SME server market heats up

The leading three server vendors in the world have engaged in a fierce battle for the small to medium-sized business (SME) server...

The leading three server vendors in the world have engaged in a fierce battle for the small to medium-sized business (SME) server market.

IBM and Compaq have each unveiled servers that have been designed to attract market share from Dell. Both IBM and Compaq share the same strategy of attacking Dell's perceived lack of ability to deliver software and services on top of inexpensive hardware.

Dell popularity in the SME sector, however, means that it is capable of adopting a price-cutting strategy through its direct, build-to-order sales model.

Compaq yesterday made the SME server market a three-way fight with the introduction of a new line of ProLiant ML300 Series servers, the ML330, ML350, and ML370. Paul Miller, the director of marketing for mainstream servers at Compaq, said the company was enlisting channel partners such as the PC Connection Sales Corporation to deliver a wide range of IT service offerings and customer support with the servers.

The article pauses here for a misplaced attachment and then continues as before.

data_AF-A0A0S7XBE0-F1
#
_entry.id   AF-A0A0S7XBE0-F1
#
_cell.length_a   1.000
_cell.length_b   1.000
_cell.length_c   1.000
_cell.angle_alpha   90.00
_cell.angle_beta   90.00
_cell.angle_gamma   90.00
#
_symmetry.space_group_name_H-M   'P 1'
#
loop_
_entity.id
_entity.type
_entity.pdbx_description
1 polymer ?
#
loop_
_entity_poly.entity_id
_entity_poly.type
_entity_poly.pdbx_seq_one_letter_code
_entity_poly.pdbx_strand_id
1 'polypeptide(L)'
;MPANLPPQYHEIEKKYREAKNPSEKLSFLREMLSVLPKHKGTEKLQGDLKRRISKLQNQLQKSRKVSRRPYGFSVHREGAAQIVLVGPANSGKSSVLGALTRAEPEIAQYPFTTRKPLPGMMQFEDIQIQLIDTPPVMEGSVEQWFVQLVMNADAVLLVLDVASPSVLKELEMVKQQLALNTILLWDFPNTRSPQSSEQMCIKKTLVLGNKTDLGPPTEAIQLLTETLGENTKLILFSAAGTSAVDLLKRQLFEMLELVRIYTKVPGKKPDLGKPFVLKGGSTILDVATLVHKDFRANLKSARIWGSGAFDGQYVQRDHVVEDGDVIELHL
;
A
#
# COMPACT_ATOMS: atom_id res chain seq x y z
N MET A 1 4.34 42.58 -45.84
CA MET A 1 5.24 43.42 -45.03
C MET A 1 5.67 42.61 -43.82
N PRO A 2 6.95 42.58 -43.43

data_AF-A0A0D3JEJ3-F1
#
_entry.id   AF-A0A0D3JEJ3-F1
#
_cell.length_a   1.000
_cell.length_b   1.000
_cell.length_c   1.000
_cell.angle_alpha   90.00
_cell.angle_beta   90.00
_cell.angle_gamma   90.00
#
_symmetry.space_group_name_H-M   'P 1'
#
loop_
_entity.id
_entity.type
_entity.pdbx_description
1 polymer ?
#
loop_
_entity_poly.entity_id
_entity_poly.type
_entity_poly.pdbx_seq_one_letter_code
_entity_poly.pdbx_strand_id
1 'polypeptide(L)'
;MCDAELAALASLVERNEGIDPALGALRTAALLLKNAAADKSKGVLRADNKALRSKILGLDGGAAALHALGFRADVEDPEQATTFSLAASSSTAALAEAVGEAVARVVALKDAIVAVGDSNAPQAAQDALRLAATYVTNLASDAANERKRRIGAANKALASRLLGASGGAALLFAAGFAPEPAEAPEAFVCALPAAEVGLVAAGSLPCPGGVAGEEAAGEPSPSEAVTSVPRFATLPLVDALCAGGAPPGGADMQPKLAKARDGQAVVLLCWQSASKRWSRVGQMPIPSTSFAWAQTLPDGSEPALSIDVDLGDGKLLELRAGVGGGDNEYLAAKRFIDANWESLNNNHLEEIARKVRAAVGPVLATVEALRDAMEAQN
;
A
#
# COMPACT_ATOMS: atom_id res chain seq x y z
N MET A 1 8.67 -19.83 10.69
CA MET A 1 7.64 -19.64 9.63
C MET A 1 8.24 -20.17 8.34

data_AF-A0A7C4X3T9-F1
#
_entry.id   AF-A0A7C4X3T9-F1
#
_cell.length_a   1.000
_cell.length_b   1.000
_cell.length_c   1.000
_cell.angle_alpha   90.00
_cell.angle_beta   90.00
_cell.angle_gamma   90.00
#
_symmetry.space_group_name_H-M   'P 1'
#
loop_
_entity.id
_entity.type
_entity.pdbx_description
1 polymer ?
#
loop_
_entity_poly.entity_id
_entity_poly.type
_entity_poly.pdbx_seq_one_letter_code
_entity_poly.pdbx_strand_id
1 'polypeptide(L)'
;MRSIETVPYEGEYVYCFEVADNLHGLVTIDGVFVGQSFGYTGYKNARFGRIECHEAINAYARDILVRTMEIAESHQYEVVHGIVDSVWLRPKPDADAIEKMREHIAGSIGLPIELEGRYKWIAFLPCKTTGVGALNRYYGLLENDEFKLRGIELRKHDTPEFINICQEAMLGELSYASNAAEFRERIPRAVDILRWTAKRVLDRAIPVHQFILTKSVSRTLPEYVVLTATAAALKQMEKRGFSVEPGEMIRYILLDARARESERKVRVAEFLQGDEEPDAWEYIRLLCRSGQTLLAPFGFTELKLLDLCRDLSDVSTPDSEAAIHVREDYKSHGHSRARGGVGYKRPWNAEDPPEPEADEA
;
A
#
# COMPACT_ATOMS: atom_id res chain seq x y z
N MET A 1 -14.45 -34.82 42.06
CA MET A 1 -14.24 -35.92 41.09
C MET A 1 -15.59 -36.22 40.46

According to Miller, the $1,199 (£826) cost of Compaq's ML300 series servers running 800MHz Intel Pentium III processors could not be matched by an equivalent Dell offering.

"SMEs do not have the dedicated IT staff. They need a partner to help them understand IT," said Miller.

"Because of the strength we have in the channel, we can deliver both the products and the services," Miller said. "Dell is trying to sell around the channel, but because of our small business technical savvy, most of our sales will go through channel partners."

IBM fired the first volley at Dell in the SME server market last week with the introduction of its 850MHz Intel Celeron IBM eServer x200VL, which is priced at $699.

IBM sources said the new eServer x200VL is targeted at Dell's PowerEdge 500SC, an SME server which was reduced by $50 to $649 last week.

With the eServer x200VL, IBM, like Compaq, is offering service and support above what it believes Dell can offer, said Jim Gargan, the vice-president of IBM's eServer xSeries servers.

Self-managing features from IBM's Project eLiza initiative, including software rejuvenation, predictive failure analysis and IBM ServerGuide, are each bundled within the new IBM eServer x200VL.

"What we are doing with the x200VL is clearly establishing an entrance in the small business market," added Gargan. "We're providing world-class solutions for small business budgets.

"We are clearly communicating that we can meet Dell prices, but they cannot meet our value."

Read more on IT for small and medium-sized enterprises (SME)

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